Washington kicker Peyton Henry (47) reacts after kicking a field goal in the second half of a game against Colorado on Oct. 20, 2018, in Seattle. (AP Photo/Ted S. Warren)

Washington kicker Peyton Henry (47) reacts after kicking a field goal in the second half of a game against Colorado on Oct. 20, 2018, in Seattle. (AP Photo/Ted S. Warren)

UW QB helped launched UW kicker’s career

Best friends since age 5, Jake Haener convinced Peyton Henry to play football in high school.

By Mike Vorel / The Seattle Times

SEATTLE — Peyton Henry would not be here without Jake Haener.

The above fact is true in more ways than one.

Henry — Washington’s sophomore kicker — and Haener — the Huskies’ sophomore quarterback — were teammates long before they landed on Montlake in 2017. They met in kindergarten at age 5 and have been best friends ever since; they were “always on the same team,” a smiling Haener said on Sunday.

It should come as no surprise, then, that when Haener’s freshman football team at Monte Vista High School needed a kicker, he knew just who to call.

“He was always a big soccer guy and liked to kick the football around,” Haener explained. “We didn’t really have a kicker that was worth anything, so I decided to give him a call and told him to come out and start kicking, and the rest is kind of history.”

Added Henry: “I gave it a go, and ever since then I never looked back.”

The Danville, California, product converted all 69 extra-point attempts and made eight field goals in his senior season at Monte Vista in 2016, while also recording 84 touchbacks on 93 kickoffs. He finished 152-for-154 on PAT attempts and 18-for-26 on field goals, with a long of 52 yards, in a surprisingly fruitful prep football career.

And by the time the Monarchs finally fell to Katella High School in the state championship game on Dec. 9, 2016, both outgoing seniors were committed — Haener to Washington, and Henry as a walk-on to Virginia.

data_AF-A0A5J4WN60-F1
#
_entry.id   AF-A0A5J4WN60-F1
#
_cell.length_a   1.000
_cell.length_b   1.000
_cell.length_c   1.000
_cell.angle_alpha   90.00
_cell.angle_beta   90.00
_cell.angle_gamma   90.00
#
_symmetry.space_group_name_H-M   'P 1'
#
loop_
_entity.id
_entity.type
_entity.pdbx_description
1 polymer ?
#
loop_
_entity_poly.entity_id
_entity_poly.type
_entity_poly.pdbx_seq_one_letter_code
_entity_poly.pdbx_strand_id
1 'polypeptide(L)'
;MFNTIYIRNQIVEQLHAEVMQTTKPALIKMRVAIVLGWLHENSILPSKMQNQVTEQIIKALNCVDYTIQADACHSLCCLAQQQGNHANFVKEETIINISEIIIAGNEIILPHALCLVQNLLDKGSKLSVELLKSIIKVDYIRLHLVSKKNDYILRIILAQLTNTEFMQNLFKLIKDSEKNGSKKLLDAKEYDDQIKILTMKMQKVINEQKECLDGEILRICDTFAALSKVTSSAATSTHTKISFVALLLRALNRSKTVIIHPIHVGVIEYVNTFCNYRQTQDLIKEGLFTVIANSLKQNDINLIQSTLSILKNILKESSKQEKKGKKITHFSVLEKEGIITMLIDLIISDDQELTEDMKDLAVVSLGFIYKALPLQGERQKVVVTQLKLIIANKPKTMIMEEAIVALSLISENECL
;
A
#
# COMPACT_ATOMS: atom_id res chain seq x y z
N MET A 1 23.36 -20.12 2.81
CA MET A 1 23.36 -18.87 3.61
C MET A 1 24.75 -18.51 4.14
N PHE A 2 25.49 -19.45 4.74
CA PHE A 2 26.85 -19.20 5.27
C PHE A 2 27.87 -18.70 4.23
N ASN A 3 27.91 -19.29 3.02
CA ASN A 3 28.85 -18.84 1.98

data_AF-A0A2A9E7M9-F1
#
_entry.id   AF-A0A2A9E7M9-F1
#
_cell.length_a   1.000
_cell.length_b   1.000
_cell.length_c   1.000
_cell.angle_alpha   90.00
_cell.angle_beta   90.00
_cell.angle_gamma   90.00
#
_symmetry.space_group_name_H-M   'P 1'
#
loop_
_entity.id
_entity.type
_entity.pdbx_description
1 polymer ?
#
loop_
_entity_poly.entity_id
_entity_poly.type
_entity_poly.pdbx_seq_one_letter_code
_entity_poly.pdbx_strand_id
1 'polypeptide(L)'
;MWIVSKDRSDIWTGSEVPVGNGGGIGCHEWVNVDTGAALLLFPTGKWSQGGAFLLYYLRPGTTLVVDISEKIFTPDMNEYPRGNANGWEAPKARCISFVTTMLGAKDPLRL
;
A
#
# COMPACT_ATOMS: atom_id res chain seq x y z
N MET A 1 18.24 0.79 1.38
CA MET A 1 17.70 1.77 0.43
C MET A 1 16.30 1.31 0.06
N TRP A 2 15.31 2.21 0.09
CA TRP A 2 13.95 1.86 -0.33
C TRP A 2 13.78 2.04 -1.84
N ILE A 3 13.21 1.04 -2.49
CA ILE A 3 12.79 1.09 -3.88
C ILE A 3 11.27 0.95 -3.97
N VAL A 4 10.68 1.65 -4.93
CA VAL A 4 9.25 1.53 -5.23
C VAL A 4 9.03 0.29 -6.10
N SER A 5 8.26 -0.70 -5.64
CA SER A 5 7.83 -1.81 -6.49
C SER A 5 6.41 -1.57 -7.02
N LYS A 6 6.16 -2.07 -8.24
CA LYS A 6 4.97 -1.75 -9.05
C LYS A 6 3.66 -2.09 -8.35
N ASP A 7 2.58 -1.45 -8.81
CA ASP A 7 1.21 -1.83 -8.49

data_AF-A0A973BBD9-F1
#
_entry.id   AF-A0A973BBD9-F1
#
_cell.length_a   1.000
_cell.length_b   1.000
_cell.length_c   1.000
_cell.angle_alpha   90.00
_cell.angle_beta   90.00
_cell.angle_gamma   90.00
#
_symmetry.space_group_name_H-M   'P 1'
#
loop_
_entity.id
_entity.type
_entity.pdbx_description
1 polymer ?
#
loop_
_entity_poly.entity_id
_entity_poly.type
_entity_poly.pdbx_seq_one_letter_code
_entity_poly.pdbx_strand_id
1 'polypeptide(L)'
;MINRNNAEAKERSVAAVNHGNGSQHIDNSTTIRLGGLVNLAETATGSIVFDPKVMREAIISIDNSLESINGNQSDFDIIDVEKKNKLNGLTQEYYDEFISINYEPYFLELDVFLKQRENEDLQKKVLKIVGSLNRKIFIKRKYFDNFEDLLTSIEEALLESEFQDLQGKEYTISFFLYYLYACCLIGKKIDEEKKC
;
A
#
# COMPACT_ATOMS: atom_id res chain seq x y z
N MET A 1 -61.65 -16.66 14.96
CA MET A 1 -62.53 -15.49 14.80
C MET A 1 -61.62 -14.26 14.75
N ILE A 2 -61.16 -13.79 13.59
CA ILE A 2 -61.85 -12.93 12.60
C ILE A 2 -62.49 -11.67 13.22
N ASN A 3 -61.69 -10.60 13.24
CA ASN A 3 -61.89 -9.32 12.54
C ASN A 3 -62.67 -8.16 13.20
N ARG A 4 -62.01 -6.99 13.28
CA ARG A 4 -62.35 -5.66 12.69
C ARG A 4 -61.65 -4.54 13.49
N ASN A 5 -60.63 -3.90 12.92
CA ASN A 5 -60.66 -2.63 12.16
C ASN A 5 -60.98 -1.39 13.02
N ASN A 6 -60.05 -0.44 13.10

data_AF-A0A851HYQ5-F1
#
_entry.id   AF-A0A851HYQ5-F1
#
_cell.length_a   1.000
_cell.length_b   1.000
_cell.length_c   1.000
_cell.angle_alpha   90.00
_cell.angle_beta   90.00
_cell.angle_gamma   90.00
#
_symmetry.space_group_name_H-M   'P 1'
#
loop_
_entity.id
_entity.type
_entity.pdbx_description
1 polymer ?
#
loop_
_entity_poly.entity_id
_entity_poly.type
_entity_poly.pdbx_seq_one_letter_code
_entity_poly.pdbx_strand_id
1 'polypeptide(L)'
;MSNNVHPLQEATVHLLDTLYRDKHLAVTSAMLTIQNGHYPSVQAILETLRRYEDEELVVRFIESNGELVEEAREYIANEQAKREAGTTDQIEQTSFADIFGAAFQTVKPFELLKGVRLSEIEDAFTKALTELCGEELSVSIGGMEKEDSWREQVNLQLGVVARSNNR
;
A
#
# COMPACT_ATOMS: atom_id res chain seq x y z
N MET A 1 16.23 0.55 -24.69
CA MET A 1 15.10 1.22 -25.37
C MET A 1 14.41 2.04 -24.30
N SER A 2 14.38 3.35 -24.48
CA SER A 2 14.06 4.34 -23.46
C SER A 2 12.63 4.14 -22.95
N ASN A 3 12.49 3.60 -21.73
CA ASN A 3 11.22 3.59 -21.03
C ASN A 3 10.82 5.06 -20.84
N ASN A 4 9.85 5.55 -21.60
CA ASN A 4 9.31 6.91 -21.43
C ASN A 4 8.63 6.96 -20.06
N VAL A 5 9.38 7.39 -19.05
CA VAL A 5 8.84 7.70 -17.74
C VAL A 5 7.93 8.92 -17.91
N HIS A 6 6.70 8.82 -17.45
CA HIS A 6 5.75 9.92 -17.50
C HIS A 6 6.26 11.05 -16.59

That is, until Husky head coach Chris Petersen — who was in attendance for the game — asked Haener about Henry.

“I told him, ‘He’s our senior kicker. He’s got a couple walk-on offers from Cal and other spots. He’s committed to Virginia right now,’” Haener recalled. “Coach (Bob) Gregory got a hold of him and they started talking and he gave him a spot.”

So, yes, Henry would likely not be in football, or at UW, without his best friend since age 5.

But, unfortunately, that background isn’t all they’ve got in common. Both Haener and Henry experienced some significant lowlights in 2018; Haener completed just 2-of-6 passes for -3 yards, including -9 rushing yards and a pick-six, in his two Pac-12 appearances. Henry converted 43-of-44 extra points and 16-of-22 field goals, but blew a game-winning 37-yarder at the end of regulation in an overtime loss at rival Oregon.

To redirect any negativity or lingering distractions, Haener deleted his social media accounts this offseason.

As for Henry?

“I try to stay off it,” he said. “That’s what I’ve learned this past year. You don’t want to look at that stuff or anything like that because it could definitely dampen your mood or make you start thinking about stuff. So you just try to stay off of it.”

Henry and Haener have one more thing in common: they’re both currently submerged in position competitions.

For Henry, that means attempting to stave off freshman kicker Tim Horn — who arrived at UW with a scholarship, a renowned right leg and a clear path to the starting job. Instead, the 5-foot-11, 197-pound Henry may have solidified his position, appearing the more poised and consistent kicker during media viewing early in August.

“I’ve always really liked his temperament for that kicker position for sure,” Petersen said this week. “He’s pretty calm and even keeled. But he cares tremendously.

“I think it’s been really good. I think competition’s a good thing. Tim’s done a nice job since he’s been here, from where he started. He’s getting more settled in, getting more confident. I think those guys push each other and kind of elevate each other’s game.”

Hopefully, for Husky fans, that also applies to kickoffs, after Henry registered a touchback on just 32.9 percent of kickoffs last season. The sophomore credited UW’s strength and conditioning staff for helping strengthen his all-important left leg this offseason.

Of course, there’s always going to be room for improvement. And, especially when it comes to the Oregon kick, Henry isn’t looking back.

“I forgot about it pretty quickly, moved onto the next week,” he said. “I’m not going to dwell on one kick. It doesn’t define me or my career. I’m just doing my thing, and I’m not going to worry about that.”

Henry hopes the most memorable kicks in his UW career — the ones that define it — are still ahead.

If they are, he’ll know which longtime teammate he has to thank.

“Sometimes (Haener takes credit for jump-starting my career), but in a joking way,” Henry said. “He played a pretty integral part in it. I’m glad he got me into it. He definitely deserves some recognition.”

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